Pushing the boundaries of common sense reveals Hitman’s true depth. Time for the rubber duck challenge From the hands-on fibre wire to the long-range sniper rifle and everything in between, a life of assassination is a playground filled with deadly toys. Even something as basic as a screwdriver serves multiple purposes, as a diversion, a means to rig a trap or simply as a substitute for a dagger. There are so many options, but today I just want to know one thing: how far can I get using only an exploding rubber duck? Gamesradar

The Windows Store still sucks The Windows 10 Creators Update rolled out last week, and for the most part, we're pretty happy with it. There's a nice new Night Light setting that adjusts color temperature at different times of day to help reduce eye strain, troubleshooters and security features have all been moved into central hubs, and though we haven't had a chance to extensively test it yet, Game Mode is a promising new feature that could potentially help players on lower-spec systems. PC Gamer

IOT security is hard: Here’s what you need to know Security for anything you connect to the internet is important. Think of these devices as doorways. They either allow access to services or provides services for someone else. Doorways need to be secure — you wouldn’t leave your door unlocked if you lived in the bad part of a busy city, would you? Every internet connection is the bad part of a busy city. Hackaday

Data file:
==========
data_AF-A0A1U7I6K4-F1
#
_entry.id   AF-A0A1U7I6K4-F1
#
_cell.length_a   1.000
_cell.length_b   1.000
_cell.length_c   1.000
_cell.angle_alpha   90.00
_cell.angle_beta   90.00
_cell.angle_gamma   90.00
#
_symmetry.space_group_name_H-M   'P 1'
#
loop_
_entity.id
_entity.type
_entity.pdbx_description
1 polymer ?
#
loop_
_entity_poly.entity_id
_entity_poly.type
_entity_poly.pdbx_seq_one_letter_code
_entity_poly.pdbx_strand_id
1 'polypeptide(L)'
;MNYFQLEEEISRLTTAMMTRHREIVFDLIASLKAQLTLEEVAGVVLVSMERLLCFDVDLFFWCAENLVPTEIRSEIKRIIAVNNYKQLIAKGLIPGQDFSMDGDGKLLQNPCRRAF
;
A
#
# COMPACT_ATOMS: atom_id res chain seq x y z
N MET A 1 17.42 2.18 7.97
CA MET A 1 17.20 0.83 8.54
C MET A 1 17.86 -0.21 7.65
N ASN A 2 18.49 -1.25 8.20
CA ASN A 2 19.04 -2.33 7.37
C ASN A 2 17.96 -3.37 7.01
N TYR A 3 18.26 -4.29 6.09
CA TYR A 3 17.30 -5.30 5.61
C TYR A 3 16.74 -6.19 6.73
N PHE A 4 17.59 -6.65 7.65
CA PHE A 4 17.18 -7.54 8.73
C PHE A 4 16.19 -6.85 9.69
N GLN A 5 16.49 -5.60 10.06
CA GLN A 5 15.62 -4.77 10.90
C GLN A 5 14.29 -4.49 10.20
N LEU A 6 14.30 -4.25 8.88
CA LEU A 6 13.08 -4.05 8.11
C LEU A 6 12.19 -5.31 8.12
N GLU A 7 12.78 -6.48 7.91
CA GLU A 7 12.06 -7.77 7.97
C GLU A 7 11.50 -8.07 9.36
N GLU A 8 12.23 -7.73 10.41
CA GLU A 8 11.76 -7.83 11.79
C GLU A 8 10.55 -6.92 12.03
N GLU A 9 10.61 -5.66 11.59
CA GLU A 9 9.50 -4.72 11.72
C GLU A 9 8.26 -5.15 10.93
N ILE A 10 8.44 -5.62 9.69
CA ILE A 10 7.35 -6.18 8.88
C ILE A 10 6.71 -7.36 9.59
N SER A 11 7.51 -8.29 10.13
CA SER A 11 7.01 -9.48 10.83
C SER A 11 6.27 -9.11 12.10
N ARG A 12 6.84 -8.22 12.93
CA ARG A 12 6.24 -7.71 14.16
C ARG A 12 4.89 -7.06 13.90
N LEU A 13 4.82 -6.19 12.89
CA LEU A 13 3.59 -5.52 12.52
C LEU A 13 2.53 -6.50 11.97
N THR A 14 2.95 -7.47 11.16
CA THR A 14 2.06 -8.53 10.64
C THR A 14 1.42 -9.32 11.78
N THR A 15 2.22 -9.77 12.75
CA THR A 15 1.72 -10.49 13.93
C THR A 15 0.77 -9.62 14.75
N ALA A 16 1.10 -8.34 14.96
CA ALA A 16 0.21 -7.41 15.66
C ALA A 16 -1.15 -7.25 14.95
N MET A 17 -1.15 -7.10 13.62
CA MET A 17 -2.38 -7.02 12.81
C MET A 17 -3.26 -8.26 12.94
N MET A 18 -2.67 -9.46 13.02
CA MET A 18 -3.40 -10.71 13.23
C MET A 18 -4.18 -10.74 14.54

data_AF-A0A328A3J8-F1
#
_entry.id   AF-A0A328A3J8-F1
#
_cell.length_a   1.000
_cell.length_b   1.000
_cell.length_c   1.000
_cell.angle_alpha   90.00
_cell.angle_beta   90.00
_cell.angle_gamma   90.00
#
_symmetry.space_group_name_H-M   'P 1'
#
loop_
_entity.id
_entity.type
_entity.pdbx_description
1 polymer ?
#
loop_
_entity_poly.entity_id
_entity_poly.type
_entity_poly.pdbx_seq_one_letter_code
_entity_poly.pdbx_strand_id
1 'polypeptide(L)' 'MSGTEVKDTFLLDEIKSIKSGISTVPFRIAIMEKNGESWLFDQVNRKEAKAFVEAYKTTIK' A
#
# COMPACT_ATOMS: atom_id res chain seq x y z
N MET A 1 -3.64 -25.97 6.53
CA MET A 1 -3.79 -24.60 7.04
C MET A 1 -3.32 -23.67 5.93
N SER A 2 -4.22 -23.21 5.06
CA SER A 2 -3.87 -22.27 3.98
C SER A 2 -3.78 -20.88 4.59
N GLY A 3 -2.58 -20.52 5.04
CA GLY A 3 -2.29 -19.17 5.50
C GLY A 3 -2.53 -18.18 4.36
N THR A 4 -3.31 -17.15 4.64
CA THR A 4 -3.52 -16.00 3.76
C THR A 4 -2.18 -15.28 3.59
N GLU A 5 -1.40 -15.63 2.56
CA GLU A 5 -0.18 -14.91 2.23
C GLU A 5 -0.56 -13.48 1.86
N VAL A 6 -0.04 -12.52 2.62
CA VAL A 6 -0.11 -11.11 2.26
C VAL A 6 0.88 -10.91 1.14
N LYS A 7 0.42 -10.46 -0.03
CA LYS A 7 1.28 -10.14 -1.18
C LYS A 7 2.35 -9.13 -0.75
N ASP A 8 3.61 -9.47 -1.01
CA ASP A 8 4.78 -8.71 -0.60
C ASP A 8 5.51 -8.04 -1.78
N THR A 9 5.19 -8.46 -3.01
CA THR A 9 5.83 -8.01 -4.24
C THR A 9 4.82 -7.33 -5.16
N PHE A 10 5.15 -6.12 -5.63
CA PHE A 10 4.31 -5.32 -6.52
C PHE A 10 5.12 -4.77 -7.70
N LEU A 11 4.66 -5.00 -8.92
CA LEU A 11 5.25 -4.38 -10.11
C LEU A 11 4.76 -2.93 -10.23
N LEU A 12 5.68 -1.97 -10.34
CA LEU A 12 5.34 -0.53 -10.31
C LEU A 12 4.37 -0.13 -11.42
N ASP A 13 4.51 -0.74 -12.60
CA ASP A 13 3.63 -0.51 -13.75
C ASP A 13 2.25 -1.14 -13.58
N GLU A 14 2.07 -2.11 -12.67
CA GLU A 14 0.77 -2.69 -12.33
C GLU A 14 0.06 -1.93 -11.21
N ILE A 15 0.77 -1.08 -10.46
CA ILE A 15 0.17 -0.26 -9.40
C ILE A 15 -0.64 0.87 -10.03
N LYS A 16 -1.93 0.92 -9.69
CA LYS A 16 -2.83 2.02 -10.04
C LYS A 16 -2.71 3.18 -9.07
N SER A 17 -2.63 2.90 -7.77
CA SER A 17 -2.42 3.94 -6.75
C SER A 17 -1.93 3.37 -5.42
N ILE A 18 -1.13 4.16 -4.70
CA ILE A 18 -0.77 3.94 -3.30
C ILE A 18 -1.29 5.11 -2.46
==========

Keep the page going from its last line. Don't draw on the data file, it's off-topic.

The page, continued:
DRM for the Web is a bad idea The W3C has been considering a new standard: Encrypted Media Extensions (EME). I asked our crawler folks what the impact of the EME proposal could be to us, and what they came back with seems well reasoned but strongly negative to our mission. I have posted the analysis below for the public to consider. Internet Archive

I have found a secret tunnel that runs underneath the phone companies and emerges in paradise Calyx is a famous, heroic, radical ISP that has been involved in groundbreaking litigation -- they were the first company to ever get a secret Patriot Act warrant unsealed, fighting for 11 years to overturn the gag order. Boing Boing

Power meter for the entire apartment In the weekend I wanted to do something fun for improving the visibility of energy consumption. I ended up with a nice LED display that shows usage in realtime and some cool charts on my phone. Bogdan's Ramblings